those in attendance garnering the Best in Show in its category. The name “Boxster”
comes from a combination of terms, roadster referring to an open two-seater and boxer
referring to the horizontally opposed engine design.

I have included a number of coupes in both 1/64 scale and 1/43 scale made by Maisto and


The initial Beetle 1932 prototype was known by three names: Kleinauto, Project 12 and
Volkauto. Adapted by Ferdinand Porsche and Erwin Komenda, three small car prototypes
were built in 1933. They were further refined through a commission by Adolph Hitler,
into three VW prototypes in 1936 and successfully tested by the Nazi SS. It has been
suggested that the Czechoslovakian Tatra T77 and shorter T78 designed by Hans
Ledwinka in the early ’30s provided an initial inspiring spark. Ledwinka worked with Dr.
Paul Jaray, who designed and tested the prototype rear engine streamlined automobiles in
the wind tunnel of the German Zeppelin Works in Friedrichshafen. Both Tatra versions
are striking in their similarities to early Beetles.

Although he didn’t know how to drive, Hitler was quite a car buff; he read a biography on
Henry Ford while imprisoned in the Landsberg Fortress in 1923. At one point, Ford had
been given the opportunity to take on production of the Volkswagen, but declared, “they
aren’t worth a damn.” Like father, like son, Henry II called it ” a little shitbox.” The
building of the Volkswagenwerk factory began in 1938 but was cut short by bombing
during World War II. The factory was later erected as Wolfburg after the war. Importing
into the U.S. began in 1949, and Volkswagen of America was established in 1955.
The Beetle flourished! Quite a sight compared to other American offerings on the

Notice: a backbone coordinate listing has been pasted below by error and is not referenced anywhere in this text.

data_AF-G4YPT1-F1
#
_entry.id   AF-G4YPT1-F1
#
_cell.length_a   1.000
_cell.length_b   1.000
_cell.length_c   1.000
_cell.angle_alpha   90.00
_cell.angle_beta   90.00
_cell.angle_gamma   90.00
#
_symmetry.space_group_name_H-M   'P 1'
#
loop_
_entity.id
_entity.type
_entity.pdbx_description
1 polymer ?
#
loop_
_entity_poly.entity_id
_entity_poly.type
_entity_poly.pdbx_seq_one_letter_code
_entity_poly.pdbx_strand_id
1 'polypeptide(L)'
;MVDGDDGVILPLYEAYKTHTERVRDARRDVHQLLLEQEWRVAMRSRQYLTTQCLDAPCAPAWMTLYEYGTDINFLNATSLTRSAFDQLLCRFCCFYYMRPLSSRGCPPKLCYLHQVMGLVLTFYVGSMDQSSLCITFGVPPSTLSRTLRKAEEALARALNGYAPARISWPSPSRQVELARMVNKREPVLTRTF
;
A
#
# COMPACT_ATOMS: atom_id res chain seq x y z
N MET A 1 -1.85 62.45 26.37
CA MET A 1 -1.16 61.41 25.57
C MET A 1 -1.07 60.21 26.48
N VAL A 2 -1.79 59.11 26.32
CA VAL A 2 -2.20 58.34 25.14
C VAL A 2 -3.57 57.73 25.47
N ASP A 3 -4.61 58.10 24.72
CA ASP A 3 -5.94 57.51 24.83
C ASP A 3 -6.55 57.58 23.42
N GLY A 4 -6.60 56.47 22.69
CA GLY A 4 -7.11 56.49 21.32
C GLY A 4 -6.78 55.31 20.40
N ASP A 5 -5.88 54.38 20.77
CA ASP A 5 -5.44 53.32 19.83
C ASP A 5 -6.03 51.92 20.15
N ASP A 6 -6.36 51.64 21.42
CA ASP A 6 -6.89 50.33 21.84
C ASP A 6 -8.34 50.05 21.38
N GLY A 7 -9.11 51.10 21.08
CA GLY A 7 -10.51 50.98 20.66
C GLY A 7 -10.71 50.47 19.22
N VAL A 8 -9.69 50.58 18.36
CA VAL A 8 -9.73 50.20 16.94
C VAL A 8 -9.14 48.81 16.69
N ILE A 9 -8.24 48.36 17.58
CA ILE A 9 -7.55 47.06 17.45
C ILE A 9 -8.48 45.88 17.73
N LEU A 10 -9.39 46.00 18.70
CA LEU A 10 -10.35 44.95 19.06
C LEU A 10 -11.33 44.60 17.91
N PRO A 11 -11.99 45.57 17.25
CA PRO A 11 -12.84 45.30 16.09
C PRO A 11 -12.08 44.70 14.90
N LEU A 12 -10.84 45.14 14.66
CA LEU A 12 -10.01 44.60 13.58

road, creative advertising ensured “that beauty is only skin deep.” Failing to meet U.S.
emission standards in 1974, the bug was squashed by a “Rabbit.” It, however, continued
to flourish everywhere else around the globe.

VW Type 2 busses or Kombi busses, debuted in 1950 and went on sale in Brazil in
1957, 1.5 billion have sold to date. Life on the production line will cease December 31,
2013. ‘Kombinationskraftwagen’ is German for combination motor vehicle. The original
beetle was produced also in Brazil from 1938 to 2003. Samba busses have skylight and
side windows and a cloth sunroof. Crew cab or flat bed versions were also advertised in
the late ‘50s. Newsflash: Volkswagen just announced ceasing production of their line
of microvans in 2014. Brazil is the only and last place they are being produced. Better
get ‘em while you can!

A resounding debut 20 years later at the 1994 Detroit Auto Show proved there was still
love for the little Beetle! The happy and smart shape and roomy interior appealed to
the public! Redesigned by Jay Mays and Freeman Thomas, the instantly recognizable,
geometric domed body with retro bulbous fenders updated the earlier “folks wagon.”
The “Concept 1” went into production in 1998, continuing the unparalleled trend of the
Volkswagen as the best selling car in automobile history. And, if that was not enough,
2013 shows us the “Beetle” again; a coupe that is lower, sleeker and embracing all that is
“retro-revisited X2.”

Primarily in 1/64 scale, Hot Wheels, Jada and Maisto products provided the canvas’ for
this Fleet of Traditional Heat!

Heroclix Blue Beetle Bug

My son has become a fan of role-playing games. His current game of choice is HeroClix
that has in its stables a number of superhero pieces garnered from decades of comics and
graphic novels. Since 2002, HeroClix has molded over 3000 game pieces and is currently
creating vehicles. The super-hero Blue Beetle first appeared in 1939 (hmmm–close to the
founding of the Volkswagon factory building in 1938). He was a rookie cop-turned-super
hero who wore a bullet proof costume and acquired his super-energy by sipping a tonic
of “Vitamin 2X.” With his celebrity falling in and out of favor over the next 68 years
through 3 separate publishers, DC comics, in 2006, introduced a new and improved Bad-
ass Blue Beetle complete with an alien-crafted scarab beetle cruiser to assist in squashing
his foes.

I felt that this “Fire-Fly” was in need of some hot rod flames! It measures about 8 inches
in size.

Traditional hot rods and custom cruisers will be the next installment. If you like what
you see or have any questions about the art of flame painting, feel free to contact me: I love to pass the torch!